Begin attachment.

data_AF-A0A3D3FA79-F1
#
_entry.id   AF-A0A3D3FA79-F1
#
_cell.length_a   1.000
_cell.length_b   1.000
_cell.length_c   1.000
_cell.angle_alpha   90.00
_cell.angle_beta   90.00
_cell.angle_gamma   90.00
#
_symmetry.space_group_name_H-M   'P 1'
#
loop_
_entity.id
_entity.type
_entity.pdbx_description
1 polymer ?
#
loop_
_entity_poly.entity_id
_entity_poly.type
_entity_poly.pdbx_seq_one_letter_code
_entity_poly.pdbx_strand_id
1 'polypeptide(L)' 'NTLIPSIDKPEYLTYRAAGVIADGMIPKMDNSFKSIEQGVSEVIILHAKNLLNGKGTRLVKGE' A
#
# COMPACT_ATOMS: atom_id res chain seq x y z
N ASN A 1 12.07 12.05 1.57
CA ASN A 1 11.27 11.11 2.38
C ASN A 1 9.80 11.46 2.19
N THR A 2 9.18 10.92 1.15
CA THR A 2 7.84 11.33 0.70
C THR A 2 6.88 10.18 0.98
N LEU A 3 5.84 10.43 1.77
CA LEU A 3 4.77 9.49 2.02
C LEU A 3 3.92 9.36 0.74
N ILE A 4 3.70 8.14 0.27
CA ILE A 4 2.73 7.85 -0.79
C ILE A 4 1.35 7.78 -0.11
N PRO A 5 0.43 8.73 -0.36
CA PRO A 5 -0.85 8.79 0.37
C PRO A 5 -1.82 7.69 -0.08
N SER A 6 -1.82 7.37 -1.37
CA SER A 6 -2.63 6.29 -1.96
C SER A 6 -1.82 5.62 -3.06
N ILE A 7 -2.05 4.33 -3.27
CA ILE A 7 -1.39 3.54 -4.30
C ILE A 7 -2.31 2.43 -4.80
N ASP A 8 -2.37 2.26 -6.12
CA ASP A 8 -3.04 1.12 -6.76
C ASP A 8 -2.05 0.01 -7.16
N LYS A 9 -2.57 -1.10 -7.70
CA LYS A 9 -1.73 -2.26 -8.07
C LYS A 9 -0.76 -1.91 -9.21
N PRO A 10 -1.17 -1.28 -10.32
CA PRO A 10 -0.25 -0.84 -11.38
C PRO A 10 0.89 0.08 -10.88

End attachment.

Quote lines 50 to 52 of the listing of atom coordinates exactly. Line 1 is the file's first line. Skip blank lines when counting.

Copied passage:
CA ASP A 8 -3.04 1.12 -6.76
C ASP A 8 -2.05 0.01 -7.16
N LYS A 9 -2.57 -1.10 -7.70